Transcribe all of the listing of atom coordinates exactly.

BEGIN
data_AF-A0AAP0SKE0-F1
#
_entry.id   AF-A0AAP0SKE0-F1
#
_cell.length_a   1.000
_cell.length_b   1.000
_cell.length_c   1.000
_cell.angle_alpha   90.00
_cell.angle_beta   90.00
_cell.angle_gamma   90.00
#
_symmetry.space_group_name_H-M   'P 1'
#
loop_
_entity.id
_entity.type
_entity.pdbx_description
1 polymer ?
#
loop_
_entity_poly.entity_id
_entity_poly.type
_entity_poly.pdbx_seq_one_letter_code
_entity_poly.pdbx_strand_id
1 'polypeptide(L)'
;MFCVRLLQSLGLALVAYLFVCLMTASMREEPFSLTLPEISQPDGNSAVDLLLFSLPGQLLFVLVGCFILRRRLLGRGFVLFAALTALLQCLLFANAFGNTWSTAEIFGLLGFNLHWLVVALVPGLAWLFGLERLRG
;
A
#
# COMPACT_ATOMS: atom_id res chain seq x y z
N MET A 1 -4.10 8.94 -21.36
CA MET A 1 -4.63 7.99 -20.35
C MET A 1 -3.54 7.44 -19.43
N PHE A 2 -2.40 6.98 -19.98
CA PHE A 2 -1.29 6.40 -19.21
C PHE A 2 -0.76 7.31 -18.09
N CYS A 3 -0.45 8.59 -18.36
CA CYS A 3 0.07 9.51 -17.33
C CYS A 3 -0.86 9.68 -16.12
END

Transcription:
data_AF-A0AAP0SKE0-F1
#
_entry.id   AF-A0AAP0SKE0-F1
#
_cell.length_a   1.000
_cell.length_b   1.000
_cell.length_c   1.000
_cell.angle_alpha   90.00
_cell.angle_beta   90.00
_cell.angle_gamma   90.00
#
_symmetry.space_group_name_H-M   'P 1'
#
loop_
_entity.id
_entity.type
_entity.pdbx_description
1 polymer ?
#
loop_
_entity_poly.entity_id
_entity_poly.type
_entity_poly.pdbx_seq_one_letter_code
_entity_poly.pdbx_strand_id
1 'polypeptide(L)'
;MFCVRLLQSLGLALVAYLFVCLMTASMREEPFSLTLPEISQPDGNSAVDLLLFSLPGQLLFVLVGCFILRRRLLGRGFVLFAALTALLQCLLFANAFGNTWSTAEIFGLLGFNLHWLVVALVPGLAWLFGLERLRG
;
A
#
# COMPACT_ATOMS: atom_id res chain seq x y z
N MET A 1 -4.10 8.94 -21.36
CA MET A 1 -4.63 7.99 -20.35
C MET A 1 -3.54 7.44 -19.43
N PHE A 2 -2.40 6.98 -19.98
CA PHE A 2 -1.29 6.40 -19.21
C PHE A 2 -0.76 7.31 -18.09
N CYS A 3 -0.45 8.59 -18.36
CA CYS A 3 0.07 9.51 -17.33
C CYS A 3 -0.86 9.68 -16.12